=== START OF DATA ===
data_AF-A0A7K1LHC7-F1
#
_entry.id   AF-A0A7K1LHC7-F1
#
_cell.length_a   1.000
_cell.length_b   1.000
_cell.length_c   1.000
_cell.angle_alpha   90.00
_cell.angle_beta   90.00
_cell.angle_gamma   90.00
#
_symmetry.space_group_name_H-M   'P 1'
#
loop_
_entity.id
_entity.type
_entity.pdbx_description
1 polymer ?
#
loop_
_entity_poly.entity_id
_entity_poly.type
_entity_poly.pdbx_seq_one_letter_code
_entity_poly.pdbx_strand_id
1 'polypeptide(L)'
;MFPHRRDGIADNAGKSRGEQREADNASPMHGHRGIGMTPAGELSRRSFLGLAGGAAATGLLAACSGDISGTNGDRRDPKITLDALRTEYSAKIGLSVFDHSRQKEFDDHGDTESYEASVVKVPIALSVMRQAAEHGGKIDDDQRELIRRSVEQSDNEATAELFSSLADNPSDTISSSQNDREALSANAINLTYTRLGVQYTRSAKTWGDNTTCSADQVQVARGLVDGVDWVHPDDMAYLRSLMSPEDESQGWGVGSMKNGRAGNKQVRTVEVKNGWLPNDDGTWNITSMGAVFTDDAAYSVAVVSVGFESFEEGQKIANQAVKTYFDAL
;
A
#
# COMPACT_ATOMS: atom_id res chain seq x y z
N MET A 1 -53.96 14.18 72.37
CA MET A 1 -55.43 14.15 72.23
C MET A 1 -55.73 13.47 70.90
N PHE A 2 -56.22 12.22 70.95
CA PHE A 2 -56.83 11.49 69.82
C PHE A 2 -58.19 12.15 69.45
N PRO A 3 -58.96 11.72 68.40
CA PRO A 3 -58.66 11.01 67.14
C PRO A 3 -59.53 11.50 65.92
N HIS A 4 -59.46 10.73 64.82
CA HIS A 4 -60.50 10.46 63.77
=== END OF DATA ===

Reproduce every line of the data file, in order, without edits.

data_AF-A0A7K1LHC7-F1
#
_entry.id   AF-A0A7K1LHC7-F1
#
_cell.length_a   1.000
_cell.length_b   1.000
_cell.length_c   1.000
_cell.angle_alpha   90.00
_cell.angle_beta   90.00
_cell.angle_gamma   90.00
#
_symmetry.space_group_name_H-M   'P 1'
#
loop_
_entity.id
_entity.type
_entity.pdbx_description
1 polymer ?
#
loop_
_entity_poly.entity_id
_entity_poly.type
_entity_poly.pdbx_seq_one_letter_code
_entity_poly.pdbx_strand_id
1 'polypeptide(L)'
;MFPHRRDGIADNAGKSRGEQREADNASPMHGHRGIGMTPAGELSRRSFLGLAGGAAATGLLAACSGDISGTNGDRRDPKITLDALRTEYSAKIGLSVFDHSRQKEFDDHGDTESYEASVVKVPIALSVMRQAAEHGGKIDDDQRELIRRSVEQSDNEATAELFSSLADNPSDTISSSQNDREALSANAINLTYTRLGVQYTRSAKTWGDNTTCSADQVQVARGLVDGVDWVHPDDMAYLRSLMSPEDESQGWGVGSMKNGRAGNKQVRTVEVKNGWLPNDDGTWNITSMGAVFTDDAAYSVAVVSVGFESFEEGQKIANQAVKTYFDAL
;
A
#
# COMPACT_ATOMS: atom_id res chain seq x y z
N MET A 1 -53.96 14.18 72.37
CA MET A 1 -55.43 14.15 72.23
C MET A 1 -55.73 13.47 70.90
N PHE A 2 -56.22 12.22 70.95
CA PHE A 2 -56.83 11.49 69.82
C PHE A 2 -58.19 12.15 69.45
N PRO A 3 -58.96 11.72 68.40
CA PRO A 3 -58.66 11.01 67.14
C PRO A 3 -59.53 11.50 65.92
N HIS A 4 -59.46 10.73 64.82
CA HIS A 4 -60.50 10.46 63.77